Last Updated on July 31, 2020
Privacy Isn’t Just for Europeans
Privacy online has been a talking point for a long time now and finally it seems that legislators have picked up on the topic in California by passing the California Consumer Privacy Act (CCPA). The CCPA will become law January 1st 2020. So, with four months to get ready, what do you need to know?Ready to Talk?
What Does CCPA Mean for Consumers?
Since GDPR was launched in 2018 businesses must be careful about the information they collect from their customers living in Europe. The European legislation gave consumers more power over what is done with the information they leave online. It changed how businesses collect and store customer data. The cost to not following the GDPR? Hefty fines.
CCPA hopes to do the same for California residents. According to Californians for Consumer Privacy’s official website, the organization behind the legislation, the purpose of the California Consumer Privacy Act is threefold:
- Ownership – You can opt out of sharing your information with companies.
- Control – You can control what information IS collected about you.
- Security – You can hold businesses responsible if they misuse your data.
To sift through the official legislation transcripts, California’s Department of Justice has background information leading up to Governor Brown’s signing the bill in 2018.
Are you Affected by CCPA?
Unlike GDPR, CCPA will not, immediately at least, affect all businesses. Initially CCPA is focused on businesses that fall into three main categories:
- If the business has annual gross revenues in excess of $50,000,000.
- If the business annually sells, alone or in combination, the personal information of 100,000 or more consumers or devices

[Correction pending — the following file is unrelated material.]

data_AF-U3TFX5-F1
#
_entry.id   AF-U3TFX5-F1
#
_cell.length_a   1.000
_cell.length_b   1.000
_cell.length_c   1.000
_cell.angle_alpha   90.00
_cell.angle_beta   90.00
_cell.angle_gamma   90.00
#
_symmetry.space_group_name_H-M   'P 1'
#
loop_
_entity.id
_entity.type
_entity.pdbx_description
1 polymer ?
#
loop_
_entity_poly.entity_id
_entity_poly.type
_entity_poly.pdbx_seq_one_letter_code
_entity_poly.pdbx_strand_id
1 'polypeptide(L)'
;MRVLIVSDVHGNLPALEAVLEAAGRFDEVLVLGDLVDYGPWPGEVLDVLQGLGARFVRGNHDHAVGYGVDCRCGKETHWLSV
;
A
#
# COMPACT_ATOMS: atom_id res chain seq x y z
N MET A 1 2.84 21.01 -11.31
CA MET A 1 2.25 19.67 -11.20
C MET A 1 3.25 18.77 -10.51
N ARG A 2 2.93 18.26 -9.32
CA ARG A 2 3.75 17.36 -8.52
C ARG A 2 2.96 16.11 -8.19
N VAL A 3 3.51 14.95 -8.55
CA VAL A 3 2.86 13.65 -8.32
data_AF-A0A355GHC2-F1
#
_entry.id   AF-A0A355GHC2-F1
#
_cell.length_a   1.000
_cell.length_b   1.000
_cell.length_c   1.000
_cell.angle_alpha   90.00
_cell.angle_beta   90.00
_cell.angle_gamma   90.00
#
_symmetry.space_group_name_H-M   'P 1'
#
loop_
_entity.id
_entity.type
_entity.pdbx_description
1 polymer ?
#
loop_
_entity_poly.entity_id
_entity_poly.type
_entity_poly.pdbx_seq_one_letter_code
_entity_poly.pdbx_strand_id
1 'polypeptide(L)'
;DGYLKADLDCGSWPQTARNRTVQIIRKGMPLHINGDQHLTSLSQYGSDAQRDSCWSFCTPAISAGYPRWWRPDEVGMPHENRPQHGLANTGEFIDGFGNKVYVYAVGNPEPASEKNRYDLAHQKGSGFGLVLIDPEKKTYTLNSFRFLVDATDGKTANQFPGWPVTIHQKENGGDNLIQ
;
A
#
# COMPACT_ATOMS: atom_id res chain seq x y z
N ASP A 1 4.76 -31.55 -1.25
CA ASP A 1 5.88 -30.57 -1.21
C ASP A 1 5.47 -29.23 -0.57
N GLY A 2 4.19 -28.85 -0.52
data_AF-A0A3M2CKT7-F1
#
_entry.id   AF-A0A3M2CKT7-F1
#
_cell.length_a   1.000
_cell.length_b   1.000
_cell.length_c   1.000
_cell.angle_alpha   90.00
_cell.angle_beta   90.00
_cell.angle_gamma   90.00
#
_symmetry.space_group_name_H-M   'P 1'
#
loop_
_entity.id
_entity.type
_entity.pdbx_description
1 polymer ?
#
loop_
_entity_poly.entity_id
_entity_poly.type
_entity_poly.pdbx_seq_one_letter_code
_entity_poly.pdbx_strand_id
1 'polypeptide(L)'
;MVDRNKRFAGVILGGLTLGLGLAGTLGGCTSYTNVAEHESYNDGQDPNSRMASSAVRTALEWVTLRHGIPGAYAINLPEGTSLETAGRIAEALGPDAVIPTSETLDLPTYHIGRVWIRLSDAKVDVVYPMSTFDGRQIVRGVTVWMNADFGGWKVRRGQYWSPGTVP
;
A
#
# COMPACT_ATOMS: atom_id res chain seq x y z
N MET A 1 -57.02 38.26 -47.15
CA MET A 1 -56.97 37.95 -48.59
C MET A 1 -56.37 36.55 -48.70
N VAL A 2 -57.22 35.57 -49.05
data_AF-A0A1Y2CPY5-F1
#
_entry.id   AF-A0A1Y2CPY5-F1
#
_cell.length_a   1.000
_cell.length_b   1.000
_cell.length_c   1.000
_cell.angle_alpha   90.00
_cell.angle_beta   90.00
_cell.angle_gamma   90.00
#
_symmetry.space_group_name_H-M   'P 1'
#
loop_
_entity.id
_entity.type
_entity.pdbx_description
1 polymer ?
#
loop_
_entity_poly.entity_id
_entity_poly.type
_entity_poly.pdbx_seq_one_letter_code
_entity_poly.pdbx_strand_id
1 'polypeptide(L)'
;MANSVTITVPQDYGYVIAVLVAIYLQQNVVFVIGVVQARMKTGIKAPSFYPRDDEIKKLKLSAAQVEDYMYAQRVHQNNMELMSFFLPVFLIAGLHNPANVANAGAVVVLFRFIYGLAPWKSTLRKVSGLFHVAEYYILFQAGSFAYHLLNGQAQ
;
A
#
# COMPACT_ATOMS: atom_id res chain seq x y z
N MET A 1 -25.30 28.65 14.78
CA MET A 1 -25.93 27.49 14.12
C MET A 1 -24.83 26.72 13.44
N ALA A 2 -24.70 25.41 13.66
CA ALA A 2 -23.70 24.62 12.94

- If the business derives 50 percent or more of its annual revenues from selling consumers’ personal information
As you can see, the initial scope of the law is fairly narrow and targets larger businesses. Whether this will expand over time remains to be seen. But for now, unless your business falls into one of the three categories listed above, CCPA does not currently affect you. However, maintaining consumer privacy is critical for all businesses.
What Do You Need to Do?
- Information on what kind of information you collect and process
- Some details on why you collect and process information
- How do you collect and process information
- How users can request to access, change, move, or delete any of their personal data
- How you plan to verify the identity of the person who submits a request
- If you’re selling customers data you need to disclose that and explain how they can opt out of the selling of their data
Please note: we’re not attorneys. So, this information may not all conclusive. As the law comes into effect you may see additional changes and interpretation to CCPA compliance.
What’s Next for Marketers?
First GDPR, and now CCPA. Does this mean that third-party data is on the way out? Businesses have been using third-party to help build detailed profiles of their customers since the dawn of digital marketing. So, as more privacy related legislation is enacted, will we see a change in marketing tactics? At the moment it is too early to tell, but brands need to ensure they are not relying too heavily on third-party data. Because it might not be as easy to collect for too much longer.
Keeping your customers data safe should be a priority of every business. Trust is important. Once lost, it’s expensive and time-consuming to rebuild. Having a solid data protection strategy is the first step towards building trust. If you’re worried about that CCPA or GDPR could affect your business, feel free to reach out.